The following article was written for the Orchid Species Bulletin published by the Orchid Species Society, which is based in Brisbane, Queensland in December 2011.
Bear in mind that any cultivation notes refer to the sub-tropical conditions of Southern Queensland, Australia.

Ascocentrum garayi Christenson was only described by Eric Christenson in Lindleyana in 1992, despite being in cultivation for many years. Christenson named it in honour of Leslie Garay, former curator of the Orchid Herbarium of Oakes Ames at Harvard University, for his work on restructuring the generic limits within the AŽridinae.

Plants of Asctm. garayi have usually been incorrectly labelled as the Javanese Asctm. miniatum (Lindl.) Schltr. John Lindley first described the rare taxon from Java as Saccolabium miniatum in the Botanical Register in 1848. Rudolf Schlechter transferred it to Ascocentrum in Feddes, Repertorium Specierum Novarum, Beihefte in 1913. Asctm. miniatum has a tongue-shaped, strongly decurved lip mid-lobe that is shallowly emarginate so that it appears to be nearly truncate. Asctm. miniatum usually blooms in autumn.

Its leaves are longer and also often recurved like those found in Asctm. curvifolium (Lindl.) Schltr. and Asctm. rubrum (Lindl.) Seidenf. Asctm. garayi on the other hand, flowers in spring and is distributed from Laos, Vietnam and Thailand. It has an obtusely rounded, strongly concave lip mid-lobe that is at 90o to the straight, cylindric spur. In addition it has shorter leaves that are rigidly straight. The leaves of Asctm. garayi are often spotted with red or purple.

Asctm. garayi is a compact to medium-sized monopodial plant that has stout, erect stems that are 15-25 cm or so tall. The stems are covered at the base by persistent, overlapping leaf-bases. Mature plants produce new growths from the base so that multi-growth specimen plants will  eventually develop. At the apex of the erect stems are several pairs of two ranked, strap-shaped leaves that are cleft or two-toothed at the apex. Its mid-green, thickened, very rigid leaves are 5-25 cm long and 1-1.4 cm broad and are usually spotted with red-purple on the upper surface.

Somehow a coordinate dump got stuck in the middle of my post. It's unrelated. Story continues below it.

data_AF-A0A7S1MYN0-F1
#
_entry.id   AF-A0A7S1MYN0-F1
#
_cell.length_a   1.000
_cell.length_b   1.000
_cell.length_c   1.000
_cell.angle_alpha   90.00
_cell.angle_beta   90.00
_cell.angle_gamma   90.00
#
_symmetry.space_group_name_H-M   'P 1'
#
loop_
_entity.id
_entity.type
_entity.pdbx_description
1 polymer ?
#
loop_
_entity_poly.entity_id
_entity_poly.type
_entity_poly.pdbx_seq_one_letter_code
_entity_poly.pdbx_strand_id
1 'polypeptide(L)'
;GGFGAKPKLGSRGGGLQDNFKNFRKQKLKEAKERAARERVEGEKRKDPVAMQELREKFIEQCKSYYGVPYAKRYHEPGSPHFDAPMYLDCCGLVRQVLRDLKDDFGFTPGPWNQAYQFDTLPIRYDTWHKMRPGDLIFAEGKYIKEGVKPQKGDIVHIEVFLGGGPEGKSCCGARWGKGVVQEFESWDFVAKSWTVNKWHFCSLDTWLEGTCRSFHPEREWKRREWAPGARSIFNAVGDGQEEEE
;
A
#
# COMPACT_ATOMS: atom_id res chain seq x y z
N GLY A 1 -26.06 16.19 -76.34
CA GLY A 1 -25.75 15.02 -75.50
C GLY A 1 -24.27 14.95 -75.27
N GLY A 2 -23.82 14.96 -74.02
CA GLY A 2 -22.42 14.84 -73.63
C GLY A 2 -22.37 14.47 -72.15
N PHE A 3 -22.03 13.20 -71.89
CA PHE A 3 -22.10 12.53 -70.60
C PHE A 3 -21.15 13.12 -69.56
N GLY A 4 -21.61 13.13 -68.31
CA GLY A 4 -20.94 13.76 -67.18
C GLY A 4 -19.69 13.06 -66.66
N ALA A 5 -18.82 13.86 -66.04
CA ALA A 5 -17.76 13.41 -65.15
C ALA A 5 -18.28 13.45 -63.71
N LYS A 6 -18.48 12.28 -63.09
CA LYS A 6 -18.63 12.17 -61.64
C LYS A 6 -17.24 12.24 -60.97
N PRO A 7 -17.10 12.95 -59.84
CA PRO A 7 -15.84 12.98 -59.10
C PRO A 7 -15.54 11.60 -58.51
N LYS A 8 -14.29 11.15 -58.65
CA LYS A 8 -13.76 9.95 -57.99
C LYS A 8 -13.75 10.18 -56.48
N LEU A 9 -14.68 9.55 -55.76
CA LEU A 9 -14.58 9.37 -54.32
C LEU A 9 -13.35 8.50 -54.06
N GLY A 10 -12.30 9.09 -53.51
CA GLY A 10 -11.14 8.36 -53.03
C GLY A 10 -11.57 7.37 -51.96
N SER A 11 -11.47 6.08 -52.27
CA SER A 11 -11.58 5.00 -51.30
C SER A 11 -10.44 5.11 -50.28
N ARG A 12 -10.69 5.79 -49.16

Each stem produces several, erect axillary inflorescences that are raised above the leaves. The racemes are up to 24 cm long and bear many (up to 40) densely arranged, showy flowers in a sub-cylindric raceme. The flowers of Asctm. garayi are brilliant golden-orange and are 1-1.5 cm across with broad sepals and petals and a spurred lip. Contrasting with the rest of the flower is the dark red-brown anther cap on the end of the short terete column.

South-east Queensland climatic conditions seem to be ideal for this species. Grow Asctm. garayi in a basket or pot using a coarse or well-drained medium. Its thick white roots seem to like to dry quickly between waterings. During the warmer months ensure that the humidity is high, with constant air circulation at all times. Provide it with 60-70% shade with plenty of water while the root tips are green. Applications of liquid fertiliser will also be beneficial while it is actively growing. In winter, a drier rest period with a minimum of 12 oC is important to help initiate flowering in late spring. .

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